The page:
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post #6879 of 12477 Old 05-02-2006, 05:03 PM
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In my experience the main difference with the consumer-level drives is inconsistent quality. You have more chance to get bad batches of drives dumped in the consumer-level market than with enterprise. Every manufacturer gets bad batches of drives and they just dump it on the consumers and have warranty take care of it.

This idea of drives not being designed for 24/7 IMO started with IBM Deathstar debacle where IBM started claiming their drives weren't designed for 24/7 and that was the explanation for the super high death rates (google "deathstar click of death") People laughed at IBM when they made this claim, but slowly over the years that has been the marketing push for consumer-level drives to pump up the more lucrative enterprise-level drive.

In fact you can get consumer-level drives that work fine 24/7 and you can also get consumer-level drives that will not work well 24/7, but the latter are mostly just bad drives to start with. The Seagate 7200.7 drives had some legendary reliability numbers at storage review. Lots of people used these drives in PVRs and have no issues running them 24/7. They are better than 85% of their competition based on StorageReview #s. This was when Seagate was first getting back into the consumer market and offering 5yr warranties when most everyone else had 3yr or were dropping to 1yr. Now the 7200.8 series on the other hand was problem-plagued and even though the drive still had 5yr warranty, it was only as reliable as 11% of it's pears.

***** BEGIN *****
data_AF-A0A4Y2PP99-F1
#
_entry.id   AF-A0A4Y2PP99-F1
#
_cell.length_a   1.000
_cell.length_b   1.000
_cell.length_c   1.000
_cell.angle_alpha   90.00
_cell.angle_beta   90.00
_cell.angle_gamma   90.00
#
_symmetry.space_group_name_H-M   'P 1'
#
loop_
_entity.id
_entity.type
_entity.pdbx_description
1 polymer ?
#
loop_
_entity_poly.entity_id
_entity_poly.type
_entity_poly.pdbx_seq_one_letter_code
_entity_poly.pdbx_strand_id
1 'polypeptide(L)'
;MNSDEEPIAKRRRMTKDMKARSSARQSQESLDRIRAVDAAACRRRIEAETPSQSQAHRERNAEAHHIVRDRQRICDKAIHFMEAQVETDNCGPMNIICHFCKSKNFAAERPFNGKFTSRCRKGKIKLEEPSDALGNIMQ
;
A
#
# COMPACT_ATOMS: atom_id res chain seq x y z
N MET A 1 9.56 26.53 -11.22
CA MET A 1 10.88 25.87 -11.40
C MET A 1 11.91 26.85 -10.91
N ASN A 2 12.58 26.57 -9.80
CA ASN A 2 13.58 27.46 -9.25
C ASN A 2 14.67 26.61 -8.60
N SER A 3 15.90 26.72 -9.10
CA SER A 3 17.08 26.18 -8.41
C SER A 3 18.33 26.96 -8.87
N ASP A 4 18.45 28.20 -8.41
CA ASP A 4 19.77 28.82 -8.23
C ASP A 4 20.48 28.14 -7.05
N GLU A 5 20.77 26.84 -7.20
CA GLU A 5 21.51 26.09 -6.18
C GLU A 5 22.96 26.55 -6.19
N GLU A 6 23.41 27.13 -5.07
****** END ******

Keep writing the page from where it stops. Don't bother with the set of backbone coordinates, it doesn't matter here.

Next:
To give you an example of an "enterprise" level drive the Seagate Cheetah's are usually sitting around 80-90% and Western Digital "Raptor" drives are around 75-85%. This is comparable to the 7200.7 consumer-level drive.

BTW these are *not* failure rates, rather failure rates relative to the competition.

So IMO you can get consumer-level drives that work 24/7 no problem and many of them do, but consumer-level drive quality is also less consistent than enterprise level drives, so you also will tend to have the most problems with the consumer-level drives.

I have 5 x Maxtor 200GB drives that have been running 24/7 for 3.5 years now with no issues in ReplayTV PVRs.

Also there are many people who use consumer-level drives in RAID5 arrays in workgroup environments which are constantly writing/reading data, even more stressful than PVR usage due to people accessing different parts of the drive. PVR usage, even HD PVR usage is not that stressful because the majority of access is relatively sequential.